At Iowa Press taping, former defense secretary Hagel says he sees no military solution in North Korea

'At what cost?' he asks regarding potential military action

Former Secretary of Defense Chuck Hagel speaks at a news briefing at the Pentagon in Washington, in a November 14, 2014 file photo. (REUTERS/Yuri Gripas/files)
Former Secretary of Defense Chuck Hagel speaks at a news briefing at the Pentagon in Washington, in a November 14, 2014 file photo. (REUTERS/Yuri Gripas/files)

CEDAR RAPIDS — There is no military solution to the escalating North Korean aggression, according to former soldier, senator and defense secretary Chuck Hagel.

President Donald Trump has repeatedly suggested if the U.S. is forced to defend itself or its allies, “we will have no choice but to totally destroy North Korea.”

“At what cost?” Hagel asked Tuesday during taping of Iowa Public Television’s Iowa Press, which will air this weekend. Hagel was visiting Iowa to Seventh Annual Culver Lecture at Simpson College. Hagel also sits on the PBS board of directors.

“South Korea’s gone” if the United States would take military action in response to Kim Jong Un’s ballistic missile and nuclear program, he predicted.

A military response to North Korea would result in thousands, perhaps millions, of civilian deaths, said Hagel, who was critical of Trump’s bellicose responses to Kim, including his reference to the North Korean leader as “Rocket Man.” The world and the American public expect more from the U.S. president, he said.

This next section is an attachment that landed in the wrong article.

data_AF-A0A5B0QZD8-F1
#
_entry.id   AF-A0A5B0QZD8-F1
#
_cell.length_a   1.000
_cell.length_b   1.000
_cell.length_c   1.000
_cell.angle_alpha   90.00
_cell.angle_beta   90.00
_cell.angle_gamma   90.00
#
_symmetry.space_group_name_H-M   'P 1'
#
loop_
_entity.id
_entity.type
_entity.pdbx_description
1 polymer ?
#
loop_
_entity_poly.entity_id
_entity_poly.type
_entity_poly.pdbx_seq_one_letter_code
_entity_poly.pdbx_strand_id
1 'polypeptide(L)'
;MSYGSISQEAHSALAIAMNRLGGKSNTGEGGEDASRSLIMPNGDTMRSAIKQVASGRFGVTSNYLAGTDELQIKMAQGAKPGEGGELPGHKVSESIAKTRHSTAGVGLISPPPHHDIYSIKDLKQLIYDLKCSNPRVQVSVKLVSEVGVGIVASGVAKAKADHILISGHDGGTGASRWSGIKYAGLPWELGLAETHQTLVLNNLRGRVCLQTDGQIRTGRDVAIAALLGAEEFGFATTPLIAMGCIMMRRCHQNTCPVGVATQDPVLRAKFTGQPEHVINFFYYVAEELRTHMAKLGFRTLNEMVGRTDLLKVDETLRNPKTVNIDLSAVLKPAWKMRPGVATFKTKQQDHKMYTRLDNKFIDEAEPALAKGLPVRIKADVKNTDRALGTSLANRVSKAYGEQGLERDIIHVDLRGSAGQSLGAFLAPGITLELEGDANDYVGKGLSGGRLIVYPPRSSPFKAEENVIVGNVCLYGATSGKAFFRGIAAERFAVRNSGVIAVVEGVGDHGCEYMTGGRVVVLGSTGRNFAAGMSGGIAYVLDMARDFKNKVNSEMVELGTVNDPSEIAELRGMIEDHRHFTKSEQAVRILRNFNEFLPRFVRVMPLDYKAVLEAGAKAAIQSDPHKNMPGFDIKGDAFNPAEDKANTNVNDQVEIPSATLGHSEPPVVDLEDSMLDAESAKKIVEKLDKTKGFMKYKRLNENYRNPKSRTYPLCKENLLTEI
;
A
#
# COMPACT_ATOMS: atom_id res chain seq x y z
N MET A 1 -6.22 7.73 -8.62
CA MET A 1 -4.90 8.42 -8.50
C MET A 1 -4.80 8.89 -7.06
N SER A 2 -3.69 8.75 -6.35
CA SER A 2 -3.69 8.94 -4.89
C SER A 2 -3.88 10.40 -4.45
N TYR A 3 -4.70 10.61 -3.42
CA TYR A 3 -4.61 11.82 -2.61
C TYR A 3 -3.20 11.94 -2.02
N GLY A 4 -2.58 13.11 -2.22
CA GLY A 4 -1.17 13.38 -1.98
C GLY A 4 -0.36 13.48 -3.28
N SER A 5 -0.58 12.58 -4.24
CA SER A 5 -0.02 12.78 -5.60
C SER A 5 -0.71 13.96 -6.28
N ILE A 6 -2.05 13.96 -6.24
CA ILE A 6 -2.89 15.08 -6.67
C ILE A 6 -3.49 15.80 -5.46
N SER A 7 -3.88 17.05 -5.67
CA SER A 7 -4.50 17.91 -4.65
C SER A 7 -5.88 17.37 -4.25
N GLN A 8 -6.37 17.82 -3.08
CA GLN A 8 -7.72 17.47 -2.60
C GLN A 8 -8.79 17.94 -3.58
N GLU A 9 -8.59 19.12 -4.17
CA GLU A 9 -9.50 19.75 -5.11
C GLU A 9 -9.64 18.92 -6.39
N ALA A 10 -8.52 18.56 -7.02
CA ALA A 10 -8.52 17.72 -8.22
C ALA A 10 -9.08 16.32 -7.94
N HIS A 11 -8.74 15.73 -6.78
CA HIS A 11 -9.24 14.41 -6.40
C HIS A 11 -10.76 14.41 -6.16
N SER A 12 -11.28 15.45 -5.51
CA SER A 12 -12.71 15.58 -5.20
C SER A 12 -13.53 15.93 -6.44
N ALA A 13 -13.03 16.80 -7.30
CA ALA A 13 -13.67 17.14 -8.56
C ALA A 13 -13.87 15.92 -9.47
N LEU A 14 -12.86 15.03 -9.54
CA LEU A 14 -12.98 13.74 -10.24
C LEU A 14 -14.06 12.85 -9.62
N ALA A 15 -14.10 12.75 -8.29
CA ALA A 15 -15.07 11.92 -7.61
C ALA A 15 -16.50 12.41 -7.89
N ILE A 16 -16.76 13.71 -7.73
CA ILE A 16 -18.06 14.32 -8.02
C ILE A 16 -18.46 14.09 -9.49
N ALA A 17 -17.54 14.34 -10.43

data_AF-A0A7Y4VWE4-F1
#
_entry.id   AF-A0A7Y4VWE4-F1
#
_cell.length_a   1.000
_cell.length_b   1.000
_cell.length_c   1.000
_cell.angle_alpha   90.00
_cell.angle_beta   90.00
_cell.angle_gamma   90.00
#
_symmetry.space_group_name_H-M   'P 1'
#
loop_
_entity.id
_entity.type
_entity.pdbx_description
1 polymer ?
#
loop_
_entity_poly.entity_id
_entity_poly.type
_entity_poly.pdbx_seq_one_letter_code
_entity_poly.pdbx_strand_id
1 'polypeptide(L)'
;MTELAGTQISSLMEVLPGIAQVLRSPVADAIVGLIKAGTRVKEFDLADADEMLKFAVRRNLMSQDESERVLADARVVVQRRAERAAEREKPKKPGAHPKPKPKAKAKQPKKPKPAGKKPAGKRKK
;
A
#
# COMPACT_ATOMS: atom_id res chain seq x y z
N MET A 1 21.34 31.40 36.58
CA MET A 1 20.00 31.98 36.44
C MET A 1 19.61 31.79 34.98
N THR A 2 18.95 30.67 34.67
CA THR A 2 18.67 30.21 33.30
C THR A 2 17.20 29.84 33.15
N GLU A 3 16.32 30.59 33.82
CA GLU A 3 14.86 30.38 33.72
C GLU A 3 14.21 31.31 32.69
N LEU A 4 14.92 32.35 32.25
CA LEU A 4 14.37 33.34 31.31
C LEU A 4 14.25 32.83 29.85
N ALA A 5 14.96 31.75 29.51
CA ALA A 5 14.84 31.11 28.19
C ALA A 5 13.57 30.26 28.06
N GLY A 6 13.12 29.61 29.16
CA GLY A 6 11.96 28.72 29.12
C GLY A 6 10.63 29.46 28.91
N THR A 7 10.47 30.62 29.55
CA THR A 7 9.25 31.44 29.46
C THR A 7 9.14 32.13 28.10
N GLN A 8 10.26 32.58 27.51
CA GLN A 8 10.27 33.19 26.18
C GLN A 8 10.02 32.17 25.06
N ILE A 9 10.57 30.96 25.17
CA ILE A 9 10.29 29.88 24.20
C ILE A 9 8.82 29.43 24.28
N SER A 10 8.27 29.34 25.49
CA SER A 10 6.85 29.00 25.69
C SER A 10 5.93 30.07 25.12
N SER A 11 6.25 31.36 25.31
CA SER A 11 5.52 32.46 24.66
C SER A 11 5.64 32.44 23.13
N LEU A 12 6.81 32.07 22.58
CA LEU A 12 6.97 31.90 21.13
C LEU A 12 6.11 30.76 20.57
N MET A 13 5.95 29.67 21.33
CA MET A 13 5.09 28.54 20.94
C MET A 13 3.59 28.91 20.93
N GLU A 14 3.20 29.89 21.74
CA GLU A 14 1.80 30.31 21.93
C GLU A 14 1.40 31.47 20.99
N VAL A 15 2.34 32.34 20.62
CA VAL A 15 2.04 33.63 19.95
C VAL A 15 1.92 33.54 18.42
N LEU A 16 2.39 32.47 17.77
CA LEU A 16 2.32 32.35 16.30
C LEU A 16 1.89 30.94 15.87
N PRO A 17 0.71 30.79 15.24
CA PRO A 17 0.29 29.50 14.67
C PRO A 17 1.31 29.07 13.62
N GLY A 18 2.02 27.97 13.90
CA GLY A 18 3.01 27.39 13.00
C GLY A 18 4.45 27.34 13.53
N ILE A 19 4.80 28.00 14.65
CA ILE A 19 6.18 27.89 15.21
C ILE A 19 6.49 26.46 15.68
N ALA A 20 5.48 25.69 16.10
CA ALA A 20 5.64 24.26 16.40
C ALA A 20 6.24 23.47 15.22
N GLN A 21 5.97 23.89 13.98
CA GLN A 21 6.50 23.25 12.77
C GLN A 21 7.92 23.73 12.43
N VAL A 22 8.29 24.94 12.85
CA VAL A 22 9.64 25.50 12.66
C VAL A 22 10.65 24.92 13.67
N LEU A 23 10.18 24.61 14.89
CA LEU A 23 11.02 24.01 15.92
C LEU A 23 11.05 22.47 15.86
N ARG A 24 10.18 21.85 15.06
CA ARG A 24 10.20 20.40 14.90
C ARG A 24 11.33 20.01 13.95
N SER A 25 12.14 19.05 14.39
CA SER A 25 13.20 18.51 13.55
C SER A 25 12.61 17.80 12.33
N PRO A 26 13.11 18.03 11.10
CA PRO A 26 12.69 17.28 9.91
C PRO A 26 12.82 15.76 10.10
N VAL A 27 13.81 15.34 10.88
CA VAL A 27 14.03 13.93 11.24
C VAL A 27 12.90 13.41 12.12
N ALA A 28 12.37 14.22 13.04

A better response might be to accept that North Korea has nuclear capabilities and use the Iranian peace deal as a model for an ongoing relationship that involves several nations, Hagel said.

Hagel, 70, who fell out of favor with the GOP when he accepted President Barack Obama’s invitation to serve as secretary of defense, said he remains a Republican. However, the two-term senator from Nebraska said he would support “someone else for president other than Trump” in 2020.


Trump, he said, has rejected basic Republican ideas like free trade and engagement — actions that make the world less safe and limit opportunity for Midwest farmers and food producers. No nation has benefited from trade as much as the United States, Hagel said. American benefits when the world prospers, he added.

Iowa Press can be seen at 7:30 p.m. Friday and noon Sunday on IPTV, at 8:30 a.m. Saturday on IPTV World and online at

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